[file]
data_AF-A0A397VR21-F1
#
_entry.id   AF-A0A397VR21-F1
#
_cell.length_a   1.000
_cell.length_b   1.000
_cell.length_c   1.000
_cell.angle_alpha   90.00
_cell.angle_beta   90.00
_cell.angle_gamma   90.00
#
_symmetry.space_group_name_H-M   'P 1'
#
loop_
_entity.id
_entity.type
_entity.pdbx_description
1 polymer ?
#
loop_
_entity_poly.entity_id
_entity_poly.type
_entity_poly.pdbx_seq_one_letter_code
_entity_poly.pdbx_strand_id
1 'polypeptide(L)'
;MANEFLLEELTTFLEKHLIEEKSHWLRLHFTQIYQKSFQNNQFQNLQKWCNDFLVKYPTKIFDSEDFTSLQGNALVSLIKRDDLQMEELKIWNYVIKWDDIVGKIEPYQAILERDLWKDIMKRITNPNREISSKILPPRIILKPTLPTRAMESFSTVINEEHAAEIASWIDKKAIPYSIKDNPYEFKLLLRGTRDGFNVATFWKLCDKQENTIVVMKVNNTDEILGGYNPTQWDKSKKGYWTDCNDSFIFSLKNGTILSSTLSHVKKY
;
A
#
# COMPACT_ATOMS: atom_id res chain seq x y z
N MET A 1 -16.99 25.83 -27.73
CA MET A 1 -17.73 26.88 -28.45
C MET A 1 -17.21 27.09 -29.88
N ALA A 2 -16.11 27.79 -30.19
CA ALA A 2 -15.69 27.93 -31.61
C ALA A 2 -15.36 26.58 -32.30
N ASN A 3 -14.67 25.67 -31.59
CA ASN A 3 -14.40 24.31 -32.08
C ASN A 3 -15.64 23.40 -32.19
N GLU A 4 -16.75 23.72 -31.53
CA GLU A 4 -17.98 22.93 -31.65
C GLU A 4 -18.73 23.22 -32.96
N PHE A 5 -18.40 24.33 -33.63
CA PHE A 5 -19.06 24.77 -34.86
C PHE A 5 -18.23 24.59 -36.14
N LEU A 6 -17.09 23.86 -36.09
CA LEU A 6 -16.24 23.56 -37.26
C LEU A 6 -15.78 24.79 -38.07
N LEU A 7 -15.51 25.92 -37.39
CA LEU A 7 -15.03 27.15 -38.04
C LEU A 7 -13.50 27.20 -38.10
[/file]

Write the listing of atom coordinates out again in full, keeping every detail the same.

data_AF-A0A397VR21-F1
#
_entry.id   AF-A0A397VR21-F1
#
_cell.length_a   1.000
_cell.length_b   1.000
_cell.length_c   1.000
_cell.angle_alpha   90.00
_cell.angle_beta   90.00
_cell.angle_gamma   90.00
#
_symmetry.space_group_name_H-M   'P 1'
#
loop_
_entity.id
_entity.type
_entity.pdbx_description
1 polymer ?
#
loop_
_entity_poly.entity_id
_entity_poly.type
_entity_poly.pdbx_seq_one_letter_code
_entity_poly.pdbx_strand_id
1 'polypeptide(L)'
;MANEFLLEELTTFLEKHLIEEKSHWLRLHFTQIYQKSFQNNQFQNLQKWCNDFLVKYPTKIFDSEDFTSLQGNALVSLIKRDDLQMEELKIWNYVIKWDDIVGKIEPYQAILERDLWKDIMKRITNPNREISSKILPPRIILKPTLPTRAMESFSTVINEEHAAEIASWIDKKAIPYSIKDNPYEFKLLLRGTRDGFNVATFWKLCDKQENTIVVMKVNNTDEILGGYNPTQWDKSKKGYWTDCNDSFIFSLKNGTILSSTLSHVKKY
;
A
#
# COMPACT_ATOMS: atom_id res chain seq x y z
N MET A 1 -16.99 25.83 -27.73
CA MET A 1 -17.73 26.88 -28.45
C MET A 1 -17.21 27.09 -29.88
N ALA A 2 -16.11 27.79 -30.19
CA ALA A 2 -15.69 27.93 -31.61
C ALA A 2 -15.36 26.58 -32.30
N ASN A 3 -14.67 25.67 -31.59
CA ASN A 3 -14.40 24.31 -32.08
C ASN A 3 -15.64 23.40 -32.19
N GLU A 4 -16.75 23.72 -31.53
CA GLU A 4 -17.98 22.93 -31.65
C GLU A 4 -18.73 23.22 -32.96
N PHE A 5 -18.40 24.33 -33.63
CA PHE A 5 -19.06 24.77 -34.86
C PHE A 5 -18.23 24.59 -36.14
N LEU A 6 -17.09 23.86 -36.09
CA LEU A 6 -16.24 23.56 -37.26
C LEU A 6 -15.78 24.79 -38.07
N LEU A 7 -15.51 25.92 -37.39
CA LEU A 7 -15.03 27.15 -38.04
C LEU A 7 -13.50 27.20 -38.10